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Is every dementia the same as Alzheimer's disease?

  • Published2 Jul 2012
  • Reviewed2 Jul 2012
  • Author Bruce Miller
  • Source BrainFacts/SfN

Dementia is not a specific disease. It is the description of any progressive disorder that takes away a patient’s cognitive and functional abilities. Approximately 3.4 million people age 71 and older in the United States have dementia, and an estimated 5.3 million Americans of all ages have Alzheimer’s disease. Almost 18 million people worldwide have the degenerative disease.

The most common cause of dementia among people age 65 and older is Alzheimer’s disease, but a number of other conditions, such as frontotemporal dementiadementia with Lewy bodiesJakob-Creutzfeldt diseasehead traumastroke, or vitamin B12 deficiency can cause dementia. The damage caused by each of these diseases creates a typical pattern of cognitive loss due to the areas of the brain affected by the underlying disease. 

While dementia often includes memory loss, memory loss by itself does not mean someone has dementia. Some forms of dementia do not initially affect memory. Frontotemporal dementia is one such dementia where memory can be completely spared. These patients exhibit disruption of social behavior, overeating, apathy and personality change. By contrast, dementia with Lewy bodies patients experience visual hallucinations, fluctuating attention and exhibit progressive Parkinsonism. Jakob-Creutzfeldt disease is rapidly progressive and can go from the first symptoms to death in less than three months.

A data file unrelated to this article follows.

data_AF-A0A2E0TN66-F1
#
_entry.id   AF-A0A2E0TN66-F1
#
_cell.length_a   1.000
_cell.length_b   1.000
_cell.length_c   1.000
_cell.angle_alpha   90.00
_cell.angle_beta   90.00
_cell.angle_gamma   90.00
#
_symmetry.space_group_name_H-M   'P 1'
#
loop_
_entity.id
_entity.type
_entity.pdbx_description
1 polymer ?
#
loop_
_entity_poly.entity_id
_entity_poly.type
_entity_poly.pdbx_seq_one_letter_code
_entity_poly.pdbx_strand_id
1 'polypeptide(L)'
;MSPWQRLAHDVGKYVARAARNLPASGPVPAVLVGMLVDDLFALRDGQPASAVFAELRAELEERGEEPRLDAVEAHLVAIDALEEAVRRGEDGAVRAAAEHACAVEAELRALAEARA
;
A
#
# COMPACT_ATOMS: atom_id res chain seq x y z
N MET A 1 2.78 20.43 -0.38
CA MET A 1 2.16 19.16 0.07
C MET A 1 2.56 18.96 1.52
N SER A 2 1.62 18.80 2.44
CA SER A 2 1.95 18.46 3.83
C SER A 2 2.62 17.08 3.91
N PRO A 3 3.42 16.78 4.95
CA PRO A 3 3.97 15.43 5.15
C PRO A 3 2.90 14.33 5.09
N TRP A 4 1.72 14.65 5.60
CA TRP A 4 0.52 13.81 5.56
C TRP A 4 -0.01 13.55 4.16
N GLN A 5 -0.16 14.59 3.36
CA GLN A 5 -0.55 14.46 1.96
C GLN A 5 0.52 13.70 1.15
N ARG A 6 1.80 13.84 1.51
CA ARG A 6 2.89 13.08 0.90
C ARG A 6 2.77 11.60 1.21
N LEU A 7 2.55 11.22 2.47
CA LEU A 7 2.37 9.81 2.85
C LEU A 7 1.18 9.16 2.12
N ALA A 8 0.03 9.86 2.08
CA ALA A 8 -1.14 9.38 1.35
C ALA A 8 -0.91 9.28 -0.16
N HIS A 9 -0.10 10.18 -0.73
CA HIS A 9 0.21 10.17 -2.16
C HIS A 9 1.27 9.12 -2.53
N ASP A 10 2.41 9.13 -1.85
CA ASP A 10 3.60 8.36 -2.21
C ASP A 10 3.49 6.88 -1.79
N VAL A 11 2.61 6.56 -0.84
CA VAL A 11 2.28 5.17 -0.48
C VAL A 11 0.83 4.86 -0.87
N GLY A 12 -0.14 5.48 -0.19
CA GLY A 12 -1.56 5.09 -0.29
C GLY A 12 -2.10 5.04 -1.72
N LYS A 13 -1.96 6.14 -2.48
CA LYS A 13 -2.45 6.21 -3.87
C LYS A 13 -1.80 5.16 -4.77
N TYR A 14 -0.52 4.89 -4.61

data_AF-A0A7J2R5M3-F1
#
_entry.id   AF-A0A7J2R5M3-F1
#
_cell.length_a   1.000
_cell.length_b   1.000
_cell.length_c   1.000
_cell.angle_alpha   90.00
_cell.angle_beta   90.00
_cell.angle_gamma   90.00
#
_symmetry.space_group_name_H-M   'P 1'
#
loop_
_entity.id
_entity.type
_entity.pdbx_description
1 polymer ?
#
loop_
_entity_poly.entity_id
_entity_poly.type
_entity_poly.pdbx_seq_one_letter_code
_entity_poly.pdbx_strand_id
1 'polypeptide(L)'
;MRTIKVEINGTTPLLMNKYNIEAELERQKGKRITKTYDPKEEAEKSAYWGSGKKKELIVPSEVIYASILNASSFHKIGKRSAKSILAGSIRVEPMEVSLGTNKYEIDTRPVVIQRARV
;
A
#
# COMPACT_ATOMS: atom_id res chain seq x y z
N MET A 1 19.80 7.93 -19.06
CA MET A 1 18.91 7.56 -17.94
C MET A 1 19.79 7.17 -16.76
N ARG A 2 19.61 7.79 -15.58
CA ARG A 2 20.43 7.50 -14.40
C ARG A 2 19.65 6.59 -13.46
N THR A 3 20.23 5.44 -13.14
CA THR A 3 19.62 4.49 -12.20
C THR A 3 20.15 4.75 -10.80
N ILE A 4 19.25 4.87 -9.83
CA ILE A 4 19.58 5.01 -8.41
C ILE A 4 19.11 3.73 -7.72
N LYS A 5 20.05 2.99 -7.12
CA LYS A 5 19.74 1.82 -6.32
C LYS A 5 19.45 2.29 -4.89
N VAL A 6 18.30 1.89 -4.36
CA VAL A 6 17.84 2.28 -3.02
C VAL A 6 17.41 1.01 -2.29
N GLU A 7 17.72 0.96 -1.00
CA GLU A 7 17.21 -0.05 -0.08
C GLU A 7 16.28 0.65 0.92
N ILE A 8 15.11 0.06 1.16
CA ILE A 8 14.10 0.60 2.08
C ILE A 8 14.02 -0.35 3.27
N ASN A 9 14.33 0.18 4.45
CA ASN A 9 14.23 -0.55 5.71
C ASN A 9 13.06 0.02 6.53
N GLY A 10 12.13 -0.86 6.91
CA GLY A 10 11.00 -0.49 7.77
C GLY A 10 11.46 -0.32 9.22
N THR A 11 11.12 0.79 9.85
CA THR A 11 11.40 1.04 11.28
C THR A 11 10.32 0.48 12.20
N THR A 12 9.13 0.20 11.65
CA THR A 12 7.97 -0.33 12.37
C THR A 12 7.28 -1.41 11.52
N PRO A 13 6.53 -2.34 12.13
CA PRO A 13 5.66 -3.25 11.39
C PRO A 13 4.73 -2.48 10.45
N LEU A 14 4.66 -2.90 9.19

All of these diseases are caused by a tendency for certain otherwise normal proteins to aggregate into clumps and spread within brain circuitry. In Alzheimer’s disease the two proteins are tau and a-beta-42. With frontotemporal dementia, TDP-43, tau, and FUS are the major proteins.

The most common cause of dementia among people age 65 and older is Alzheimer’s disease, but a number of other conditions, such as frontotemporal dementia, dementia with Lewy bodies, Jakob-Creutzfeldt diseasehead traumastroke, or vitamin B12 deficiency can cause dementia. The damage caused by each of these diseases creates a typical pattern of cognitive loss due to the areas of the brain impacted by the underlying disease. 

While dementia often includes memory loss, memory loss by itself does not mean that someone has dementia and some dementias do not initially affect memory. Frontotemporal dementia is one such dementia where memory can be completely spared. These patients exhibit disruption of social behavior, overeating, apathy and personality change. By contrast, dementia with Lewy bodies patients experience visual hallucinations, fluctuating attention and exhibit progressive Parkinsonism. Jakob-Creutzfeldt disease is rapidly progressive and can go from the first symptoms to death in less than three months. 

All of these diseases are caused by the deposition and spread of specific proteins within brain circuits. With Alzheimer’s disease the two proteins are tau and a-beta-42, and with frontotemporal dementia TDP-43, tau, and FUS are the major proteins.

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